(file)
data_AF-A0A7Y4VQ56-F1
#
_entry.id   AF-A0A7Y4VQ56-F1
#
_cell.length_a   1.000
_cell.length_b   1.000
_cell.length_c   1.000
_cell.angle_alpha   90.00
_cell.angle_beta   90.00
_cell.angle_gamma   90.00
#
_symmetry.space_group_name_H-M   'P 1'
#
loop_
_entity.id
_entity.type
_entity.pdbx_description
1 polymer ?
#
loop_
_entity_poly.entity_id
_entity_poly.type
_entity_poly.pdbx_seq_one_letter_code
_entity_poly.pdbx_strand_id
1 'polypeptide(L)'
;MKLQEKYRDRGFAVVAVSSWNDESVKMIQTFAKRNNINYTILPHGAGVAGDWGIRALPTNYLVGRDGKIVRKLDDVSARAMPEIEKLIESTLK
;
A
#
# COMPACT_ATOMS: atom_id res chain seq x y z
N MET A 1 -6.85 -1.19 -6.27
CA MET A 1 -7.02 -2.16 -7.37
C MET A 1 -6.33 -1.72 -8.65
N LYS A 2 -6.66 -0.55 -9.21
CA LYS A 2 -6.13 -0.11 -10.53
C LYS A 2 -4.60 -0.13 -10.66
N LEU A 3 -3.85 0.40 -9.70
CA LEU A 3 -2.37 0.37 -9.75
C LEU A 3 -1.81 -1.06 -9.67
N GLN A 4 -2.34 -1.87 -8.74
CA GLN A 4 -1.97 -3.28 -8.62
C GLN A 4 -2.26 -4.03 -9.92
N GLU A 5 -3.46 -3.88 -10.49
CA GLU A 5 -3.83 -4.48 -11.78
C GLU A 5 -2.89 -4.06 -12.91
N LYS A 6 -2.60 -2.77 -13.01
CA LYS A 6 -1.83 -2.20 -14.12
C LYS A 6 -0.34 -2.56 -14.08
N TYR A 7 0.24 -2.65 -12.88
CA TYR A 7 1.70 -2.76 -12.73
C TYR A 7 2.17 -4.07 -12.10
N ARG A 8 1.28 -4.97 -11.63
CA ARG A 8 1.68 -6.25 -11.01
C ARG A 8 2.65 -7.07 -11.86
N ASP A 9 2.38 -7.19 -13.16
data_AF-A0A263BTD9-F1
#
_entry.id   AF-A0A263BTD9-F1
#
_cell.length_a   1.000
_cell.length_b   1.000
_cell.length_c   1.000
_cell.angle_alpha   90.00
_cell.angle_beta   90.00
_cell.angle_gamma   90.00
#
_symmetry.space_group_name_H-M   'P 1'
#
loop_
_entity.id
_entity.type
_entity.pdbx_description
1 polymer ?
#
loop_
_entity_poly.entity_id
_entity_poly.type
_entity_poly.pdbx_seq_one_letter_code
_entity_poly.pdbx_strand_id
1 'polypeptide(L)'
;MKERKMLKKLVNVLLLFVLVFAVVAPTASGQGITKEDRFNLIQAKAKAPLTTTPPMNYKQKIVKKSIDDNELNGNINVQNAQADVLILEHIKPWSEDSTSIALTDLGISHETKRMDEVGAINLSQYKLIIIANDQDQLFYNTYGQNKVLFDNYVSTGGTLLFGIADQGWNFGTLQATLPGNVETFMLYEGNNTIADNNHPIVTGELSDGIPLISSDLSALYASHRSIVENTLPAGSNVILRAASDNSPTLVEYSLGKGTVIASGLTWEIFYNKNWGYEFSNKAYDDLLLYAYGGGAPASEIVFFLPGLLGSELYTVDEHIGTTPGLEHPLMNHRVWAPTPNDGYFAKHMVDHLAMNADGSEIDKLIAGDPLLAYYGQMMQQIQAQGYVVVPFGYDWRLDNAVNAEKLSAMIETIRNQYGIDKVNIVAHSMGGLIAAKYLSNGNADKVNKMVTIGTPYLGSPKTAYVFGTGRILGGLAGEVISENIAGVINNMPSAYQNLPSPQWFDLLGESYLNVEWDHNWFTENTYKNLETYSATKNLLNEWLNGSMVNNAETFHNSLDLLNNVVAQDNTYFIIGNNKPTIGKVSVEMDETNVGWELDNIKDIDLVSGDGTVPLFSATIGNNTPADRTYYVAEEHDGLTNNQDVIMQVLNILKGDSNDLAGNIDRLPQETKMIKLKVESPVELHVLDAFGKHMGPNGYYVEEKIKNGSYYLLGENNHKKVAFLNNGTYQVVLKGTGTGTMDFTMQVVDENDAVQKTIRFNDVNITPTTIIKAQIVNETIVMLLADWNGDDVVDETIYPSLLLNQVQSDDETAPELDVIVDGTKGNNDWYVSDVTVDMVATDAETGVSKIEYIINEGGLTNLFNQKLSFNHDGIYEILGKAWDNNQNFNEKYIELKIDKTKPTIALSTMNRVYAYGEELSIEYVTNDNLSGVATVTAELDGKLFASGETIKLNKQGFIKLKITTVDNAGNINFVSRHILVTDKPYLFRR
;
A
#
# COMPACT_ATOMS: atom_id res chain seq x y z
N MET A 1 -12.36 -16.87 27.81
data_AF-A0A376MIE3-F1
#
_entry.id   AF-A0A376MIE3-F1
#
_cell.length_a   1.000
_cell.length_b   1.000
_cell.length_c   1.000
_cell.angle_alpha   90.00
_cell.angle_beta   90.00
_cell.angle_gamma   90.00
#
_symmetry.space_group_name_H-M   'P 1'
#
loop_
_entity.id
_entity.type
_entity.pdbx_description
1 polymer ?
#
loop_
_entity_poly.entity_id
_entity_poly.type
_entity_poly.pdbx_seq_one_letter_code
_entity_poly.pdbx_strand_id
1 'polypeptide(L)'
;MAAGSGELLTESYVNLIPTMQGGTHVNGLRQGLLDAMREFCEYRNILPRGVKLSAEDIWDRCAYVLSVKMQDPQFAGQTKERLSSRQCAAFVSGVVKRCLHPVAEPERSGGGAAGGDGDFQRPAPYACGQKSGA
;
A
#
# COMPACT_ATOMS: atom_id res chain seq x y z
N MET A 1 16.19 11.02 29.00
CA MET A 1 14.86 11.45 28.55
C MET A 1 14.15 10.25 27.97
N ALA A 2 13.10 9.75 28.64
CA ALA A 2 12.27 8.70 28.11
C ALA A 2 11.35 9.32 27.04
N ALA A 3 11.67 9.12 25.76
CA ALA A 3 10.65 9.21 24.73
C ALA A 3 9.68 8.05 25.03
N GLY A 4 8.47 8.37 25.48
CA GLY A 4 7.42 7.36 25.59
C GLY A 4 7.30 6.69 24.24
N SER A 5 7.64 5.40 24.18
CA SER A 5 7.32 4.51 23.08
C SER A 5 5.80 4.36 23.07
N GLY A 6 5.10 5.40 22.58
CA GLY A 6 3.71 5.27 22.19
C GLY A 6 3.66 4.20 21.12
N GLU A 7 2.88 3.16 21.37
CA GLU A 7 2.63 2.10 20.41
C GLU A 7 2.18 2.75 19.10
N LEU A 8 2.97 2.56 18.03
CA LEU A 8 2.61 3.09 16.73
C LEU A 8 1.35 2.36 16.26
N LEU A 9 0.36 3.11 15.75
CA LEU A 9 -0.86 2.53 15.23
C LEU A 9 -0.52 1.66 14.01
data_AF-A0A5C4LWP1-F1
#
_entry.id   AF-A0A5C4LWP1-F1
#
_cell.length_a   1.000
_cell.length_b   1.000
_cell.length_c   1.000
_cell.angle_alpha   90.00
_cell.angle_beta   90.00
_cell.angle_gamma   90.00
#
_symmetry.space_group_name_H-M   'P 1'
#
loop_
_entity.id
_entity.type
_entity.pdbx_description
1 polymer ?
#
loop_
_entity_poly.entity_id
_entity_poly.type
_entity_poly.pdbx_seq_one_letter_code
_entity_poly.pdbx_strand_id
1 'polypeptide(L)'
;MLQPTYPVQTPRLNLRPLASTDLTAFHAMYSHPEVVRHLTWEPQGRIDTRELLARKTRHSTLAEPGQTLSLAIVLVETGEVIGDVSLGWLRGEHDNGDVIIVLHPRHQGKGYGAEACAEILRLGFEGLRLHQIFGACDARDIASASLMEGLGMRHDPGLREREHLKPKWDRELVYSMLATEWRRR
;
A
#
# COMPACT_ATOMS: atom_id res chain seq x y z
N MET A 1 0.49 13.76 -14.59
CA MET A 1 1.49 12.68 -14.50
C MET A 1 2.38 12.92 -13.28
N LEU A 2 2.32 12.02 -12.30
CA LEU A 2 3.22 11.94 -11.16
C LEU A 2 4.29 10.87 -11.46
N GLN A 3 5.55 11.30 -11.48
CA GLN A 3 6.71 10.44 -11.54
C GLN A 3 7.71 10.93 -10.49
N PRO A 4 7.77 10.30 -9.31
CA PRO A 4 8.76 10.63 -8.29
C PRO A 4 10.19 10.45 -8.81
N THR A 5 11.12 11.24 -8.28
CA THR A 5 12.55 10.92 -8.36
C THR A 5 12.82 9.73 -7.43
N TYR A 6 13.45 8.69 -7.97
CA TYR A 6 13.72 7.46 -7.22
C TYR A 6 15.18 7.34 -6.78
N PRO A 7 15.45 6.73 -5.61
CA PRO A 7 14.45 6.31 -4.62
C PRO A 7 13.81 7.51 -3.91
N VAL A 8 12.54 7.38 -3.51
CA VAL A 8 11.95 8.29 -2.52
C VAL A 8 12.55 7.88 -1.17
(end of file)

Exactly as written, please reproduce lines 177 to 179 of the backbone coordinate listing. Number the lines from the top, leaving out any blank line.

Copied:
N LEU A 2 2.32 12.02 -12.30
CA LEU A 2 3.22 11.94 -11.16
C LEU A 2 4.29 10.87 -11.46